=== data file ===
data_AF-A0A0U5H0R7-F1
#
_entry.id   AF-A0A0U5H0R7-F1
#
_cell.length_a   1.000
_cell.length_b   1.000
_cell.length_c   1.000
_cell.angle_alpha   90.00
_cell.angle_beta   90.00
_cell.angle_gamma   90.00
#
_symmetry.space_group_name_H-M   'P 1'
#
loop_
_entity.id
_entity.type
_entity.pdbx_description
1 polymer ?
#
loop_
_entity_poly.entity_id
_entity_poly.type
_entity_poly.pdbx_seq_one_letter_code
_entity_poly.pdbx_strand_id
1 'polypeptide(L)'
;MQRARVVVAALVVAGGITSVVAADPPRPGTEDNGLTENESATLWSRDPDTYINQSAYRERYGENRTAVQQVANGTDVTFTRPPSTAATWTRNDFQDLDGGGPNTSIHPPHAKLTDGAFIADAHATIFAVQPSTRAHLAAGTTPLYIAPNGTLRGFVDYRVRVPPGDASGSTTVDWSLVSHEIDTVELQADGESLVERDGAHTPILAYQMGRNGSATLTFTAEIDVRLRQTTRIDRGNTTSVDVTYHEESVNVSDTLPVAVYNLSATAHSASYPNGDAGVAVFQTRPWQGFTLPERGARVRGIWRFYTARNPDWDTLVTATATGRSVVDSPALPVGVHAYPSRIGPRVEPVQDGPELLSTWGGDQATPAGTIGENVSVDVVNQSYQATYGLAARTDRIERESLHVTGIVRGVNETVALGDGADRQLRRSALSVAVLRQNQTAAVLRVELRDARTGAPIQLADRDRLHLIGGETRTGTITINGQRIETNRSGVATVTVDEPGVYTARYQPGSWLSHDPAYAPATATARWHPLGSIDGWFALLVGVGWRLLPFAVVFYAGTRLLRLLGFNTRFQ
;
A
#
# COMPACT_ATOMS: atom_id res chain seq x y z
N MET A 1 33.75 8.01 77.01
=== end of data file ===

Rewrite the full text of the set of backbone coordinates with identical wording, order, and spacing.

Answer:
data_AF-A0A0U5H0R7-F1
#
_entry.id   AF-A0A0U5H0R7-F1
#
_cell.length_a   1.000
_cell.length_b   1.000
_cell.length_c   1.000
_cell.angle_alpha   90.00
_cell.angle_beta   90.00
_cell.angle_gamma   90.00
#
_symmetry.space_group_name_H-M   'P 1'
#
loop_
_entity.id
_entity.type
_entity.pdbx_description
1 polymer ?
#
loop_
_entity_poly.entity_id
_entity_poly.type
_entity_poly.pdbx_seq_one_letter_code
_entity_poly.pdbx_strand_id
1 'polypeptide(L)'
;MQRARVVVAALVVAGGITSVVAADPPRPGTEDNGLTENESATLWSRDPDTYINQSAYRERYGENRTAVQQVANGTDVTFTRPPSTAATWTRNDFQDLDGGGPNTSIHPPHAKLTDGAFIADAHATIFAVQPSTRAHLAAGTTPLYIAPNGTLRGFVDYRVRVPPGDASGSTTVDWSLVSHEIDTVELQADGESLVERDGAHTPILAYQMGRNGSATLTFTAEIDVRLRQTTRIDRGNTTSVDVTYHEESVNVSDTLPVAVYNLSATAHSASYPNGDAGVAVFQTRPWQGFTLPERGARVRGIWRFYTARNPDWDTLVTATATGRSVVDSPALPVGVHAYPSRIGPRVEPVQDGPELLSTWGGDQATPAGTIGENVSVDVVNQSYQATYGLAARTDRIERESLHVTGIVRGVNETVALGDGADRQLRRSALSVAVLRQNQTAAVLRVELRDARTGAPIQLADRDRLHLIGGETRTGTITINGQRIETNRSGVATVTVDEPGVYTARYQPGSWLSHDPAYAPATATARWHPLGSIDGWFALLVGVGWRLLPFAVVFYAGTRLLRLLGFNTRFQ
;
A
#
# COMPACT_ATOMS: atom_id res chain seq x y z
N MET A 1 33.75 8.01 77.01